The Quad King is the U.S. champion. Almost by default.
With former champion Todd Eldredge cutting down his jumps and Michael Weiss barely able to stand up, Timothy Goebel stuck with what works for him. He landed a quadruple jump, two triple axels and four other triples Saturday to win his first men's title in the U.S. Figure Skating Championships.
"I'm pleased to prove I deserve to be a world team member," Goebel said.
Eldredge, the five-time champion who returned to nationals after a two-year absence, was a very shaky second. Weiss, in what might have been the biggest collapse by a defending champion, was fifth in the free skate, dropping him all the way to fourth overall.
Matt Savoie was uninspiring, but he managed to stay on his feet and that was good enough for third place.
The talk all week was how tough the men's competition would be, with Weiss, Eldredge and Goebel all vying for the United States' two spots in the world championships. As if that wasn't pressure enough, results at worlds will determine how many men the United States can send to the Salt Lake Olympics.
But it wasn't really a contest at all.
"I still had to go out and do my job," Goebel said. "As we saw earlier in the event, two very consistent skaters made a lot of errors. That could be good because it gives you an opening, but you can also start to second-guess yourself. You have to go out to do your job."
Eldredge didn't have quite the meltdown he did in the Nagano Games, but it sure wasn't one of his usual spectacular performances. Skating first in the last warmup group, he was tentative from the start.
He cut his quad down to a triple, one of only five he did. Some of the junior men manage more than that. And he never even tried a triple loop, triple salchow or triple flip.
By the end of his program, he was doing double loops and double salchows, jumps he mastered when he was about 10.
"Obviously, it didn't go as well as I hoped, but that's the way it goes sometimes," Eldredge said. "It was disappointing because the practices were going well."
His spins were, as always, masterful, but Eldredge knew it wasn't his best. As the music stopped, he shook his head slightly before turning to acknowledge the crowd.
"Since the quad was missed, he was probably readjusting his mind to fitting it in again," said his coach, Richard Callaghan. "There was just too much going on in his mind."
Eldredge still got marks of 5.7 and 5.8 for presentation, but the opening was there for Goebel and Weiss.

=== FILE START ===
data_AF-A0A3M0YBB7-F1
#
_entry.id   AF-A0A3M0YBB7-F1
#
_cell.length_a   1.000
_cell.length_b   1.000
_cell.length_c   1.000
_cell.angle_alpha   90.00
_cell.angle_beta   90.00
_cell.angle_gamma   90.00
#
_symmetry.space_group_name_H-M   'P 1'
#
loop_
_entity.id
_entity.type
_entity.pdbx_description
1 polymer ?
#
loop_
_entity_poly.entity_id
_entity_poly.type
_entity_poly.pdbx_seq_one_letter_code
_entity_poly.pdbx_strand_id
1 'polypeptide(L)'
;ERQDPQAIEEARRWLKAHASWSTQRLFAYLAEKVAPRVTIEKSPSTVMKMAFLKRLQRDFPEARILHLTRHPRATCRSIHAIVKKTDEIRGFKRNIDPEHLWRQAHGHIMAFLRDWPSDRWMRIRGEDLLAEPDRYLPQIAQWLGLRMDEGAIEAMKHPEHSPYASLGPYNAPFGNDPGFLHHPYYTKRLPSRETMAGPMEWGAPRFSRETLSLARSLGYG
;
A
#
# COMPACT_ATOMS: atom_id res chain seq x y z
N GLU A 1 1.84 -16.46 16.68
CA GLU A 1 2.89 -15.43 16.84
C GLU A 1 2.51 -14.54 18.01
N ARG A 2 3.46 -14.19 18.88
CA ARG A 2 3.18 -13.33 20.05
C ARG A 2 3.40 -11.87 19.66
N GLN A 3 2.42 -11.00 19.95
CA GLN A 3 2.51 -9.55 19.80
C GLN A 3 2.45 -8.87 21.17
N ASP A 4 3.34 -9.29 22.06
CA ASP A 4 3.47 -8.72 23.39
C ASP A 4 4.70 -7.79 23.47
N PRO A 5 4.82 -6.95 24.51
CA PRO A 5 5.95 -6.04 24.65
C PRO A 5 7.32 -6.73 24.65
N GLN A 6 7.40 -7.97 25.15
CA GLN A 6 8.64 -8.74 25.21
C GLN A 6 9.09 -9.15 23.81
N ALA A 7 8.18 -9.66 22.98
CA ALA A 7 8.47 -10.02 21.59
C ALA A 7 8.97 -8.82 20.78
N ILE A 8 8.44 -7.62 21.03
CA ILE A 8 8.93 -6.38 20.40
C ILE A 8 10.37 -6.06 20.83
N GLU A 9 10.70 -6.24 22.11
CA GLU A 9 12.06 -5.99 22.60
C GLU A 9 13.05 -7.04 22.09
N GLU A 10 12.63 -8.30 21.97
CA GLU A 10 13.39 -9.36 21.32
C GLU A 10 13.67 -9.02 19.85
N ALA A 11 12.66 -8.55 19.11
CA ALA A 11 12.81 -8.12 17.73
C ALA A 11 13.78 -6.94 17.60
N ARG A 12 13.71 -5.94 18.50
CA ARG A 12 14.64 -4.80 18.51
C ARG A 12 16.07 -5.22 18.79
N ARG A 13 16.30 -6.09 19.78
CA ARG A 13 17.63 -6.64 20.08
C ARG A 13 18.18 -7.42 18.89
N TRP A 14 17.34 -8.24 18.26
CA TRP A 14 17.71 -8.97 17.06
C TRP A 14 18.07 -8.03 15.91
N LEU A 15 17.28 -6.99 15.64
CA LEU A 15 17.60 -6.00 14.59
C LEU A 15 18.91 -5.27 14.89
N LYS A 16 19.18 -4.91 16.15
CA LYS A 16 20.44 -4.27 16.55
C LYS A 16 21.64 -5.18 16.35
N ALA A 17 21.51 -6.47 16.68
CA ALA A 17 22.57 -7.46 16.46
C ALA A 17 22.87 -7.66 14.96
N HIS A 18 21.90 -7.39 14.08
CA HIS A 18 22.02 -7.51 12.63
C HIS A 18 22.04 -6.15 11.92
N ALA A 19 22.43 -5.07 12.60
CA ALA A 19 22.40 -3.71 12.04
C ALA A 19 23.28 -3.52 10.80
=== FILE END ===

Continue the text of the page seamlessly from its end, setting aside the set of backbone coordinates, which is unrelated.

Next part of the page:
Instead of taking it, Weiss opened the door even wider. He fell on his quad, two-footed a triple axel and then fell on his next axel attempt.
He didn't land any jump until 3:17 into the program. Goebel, on the other hand, did three in the first 60 seconds.
"It's been such a long year, and as soon as I missed the quad, it toothe gas out of me," said Weiss, who's missed most of the season with a stress fracture in his foot. "I was hitting it so well and it took me off-guard. Once you're knocked off-balance, it's hard to get it back."
And he never did. Normally so aggressive, he was uncharacteristically slow and shaky. Usually confident almost to the point of being cocky, he looked as if he didn't trust himself.
The judges didn't have any confidence in him, either. One gave him a 4.9 when's the last time the defending champion saw that? for technical merit, and another gave him a 5.1.
His artistic marks went up, mostly 5.6s, but it wasn't enough to save him.
"I feel like I'm the best skater in the country and it was not there for me today," he said.
So that left Goebel. Unlike Weiss and Eldredge, Goebel's strength is his jumping. He was the first American to land the quad, and the first in the entire world to do three in one program.
He's been slammed for his lack of artistry, and switched to Frank Carroll last summer knowing he had to improve it. But with Eldredge and Weiss reeling, Goebel went back to what's always worked for him: his springs.
He knocked off his quad salchow-triple toe jump combination like it was a warm-up move. His triple axel was huge, and a smile crossed his face.
He popped his quad toe and fell on another salchow, but when he nailed his triple flip and triple salchow in the final moments, the title was his.
"I thought it was gutsy," said Carroll, who also coaches Michelle Kwan, the women's champion. "He went for all the quads. I'd like it he'd landed the second quad salchow, and I think that's the only thing he could have done better."
That and show some emotion. Unlike Eldredge and Weiss, who figure skate, Goebel often doesn't do much more than basic stroking or gliding. Despite all his hours with Carroll, his posture is still bad and his expression wooden.
But when no one else can stand up, being able to fly is good enough.
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